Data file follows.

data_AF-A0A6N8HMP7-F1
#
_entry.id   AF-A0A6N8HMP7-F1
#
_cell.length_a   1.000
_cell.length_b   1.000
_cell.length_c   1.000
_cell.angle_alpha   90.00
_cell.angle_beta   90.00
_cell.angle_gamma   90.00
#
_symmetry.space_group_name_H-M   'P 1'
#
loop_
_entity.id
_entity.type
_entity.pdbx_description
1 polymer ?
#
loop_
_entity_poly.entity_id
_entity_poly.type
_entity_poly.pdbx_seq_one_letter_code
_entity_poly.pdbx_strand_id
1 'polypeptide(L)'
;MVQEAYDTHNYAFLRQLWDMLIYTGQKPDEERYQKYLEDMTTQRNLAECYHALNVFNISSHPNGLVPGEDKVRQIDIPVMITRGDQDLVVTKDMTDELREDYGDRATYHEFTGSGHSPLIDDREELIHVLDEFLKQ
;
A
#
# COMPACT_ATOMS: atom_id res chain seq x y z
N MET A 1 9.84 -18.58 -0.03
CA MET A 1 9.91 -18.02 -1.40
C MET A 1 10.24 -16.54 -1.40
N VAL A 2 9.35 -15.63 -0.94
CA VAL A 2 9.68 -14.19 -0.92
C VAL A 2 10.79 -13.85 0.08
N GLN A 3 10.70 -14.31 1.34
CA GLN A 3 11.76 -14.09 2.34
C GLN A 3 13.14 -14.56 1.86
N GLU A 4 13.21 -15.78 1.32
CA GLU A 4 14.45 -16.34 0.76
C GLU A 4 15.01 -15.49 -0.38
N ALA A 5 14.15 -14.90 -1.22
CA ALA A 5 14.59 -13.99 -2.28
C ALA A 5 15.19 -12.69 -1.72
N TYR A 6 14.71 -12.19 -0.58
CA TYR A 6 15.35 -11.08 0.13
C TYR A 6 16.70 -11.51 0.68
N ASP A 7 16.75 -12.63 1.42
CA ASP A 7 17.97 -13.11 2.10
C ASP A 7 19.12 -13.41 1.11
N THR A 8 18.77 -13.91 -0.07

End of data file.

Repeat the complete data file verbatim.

data_AF-A0A6N8HMP7-F1
#
_entry.id   AF-A0A6N8HMP7-F1
#
_cell.length_a   1.000
_cell.length_b   1.000
_cell.length_c   1.000
_cell.angle_alpha   90.00
_cell.angle_beta   90.00
_cell.angle_gamma   90.00
#
_symmetry.space_group_name_H-M   'P 1'
#
loop_
_entity.id
_entity.type
_entity.pdbx_description
1 polymer ?
#
loop_
_entity_poly.entity_id
_entity_poly.type
_entity_poly.pdbx_seq_one_letter_code
_entity_poly.pdbx_strand_id
1 'polypeptide(L)'
;MVQEAYDTHNYAFLRQLWDMLIYTGQKPDEERYQKYLEDMTTQRNLAECYHALNVFNISSHPNGLVPGEDKVRQIDIPVMITRGDQDLVVTKDMTDELREDYGDRATYHEFTGSGHSPLIDDREELIHVLDEFLKQ
;
A
#
# COMPACT_ATOMS: atom_id res chain seq x y z
N MET A 1 9.84 -18.58 -0.03
CA MET A 1 9.91 -18.02 -1.40
C MET A 1 10.24 -16.54 -1.40
N VAL A 2 9.35 -15.63 -0.94
CA VAL A 2 9.68 -14.19 -0.92
C VAL A 2 10.79 -13.85 0.08
N GLN A 3 10.70 -14.31 1.34
CA GLN A 3 11.76 -14.09 2.34
C GLN A 3 13.14 -14.56 1.86
N GLU A 4 13.21 -15.78 1.32
CA GLU A 4 14.45 -16.34 0.76
C GLU A 4 15.01 -15.49 -0.38
N ALA A 5 14.15 -14.90 -1.22
CA ALA A 5 14.59 -13.99 -2.28
C ALA A 5 15.19 -12.69 -1.72
N TYR A 6 14.71 -12.19 -0.58
CA TYR A 6 15.35 -11.08 0.13
C TYR A 6 16.70 -11.51 0.68
N ASP A 7 16.75 -12.63 1.42
CA ASP A 7 17.97 -13.11 2.10
C ASP A 7 19.12 -13.41 1.11
N THR A 8 18.77 -13.91 -0.07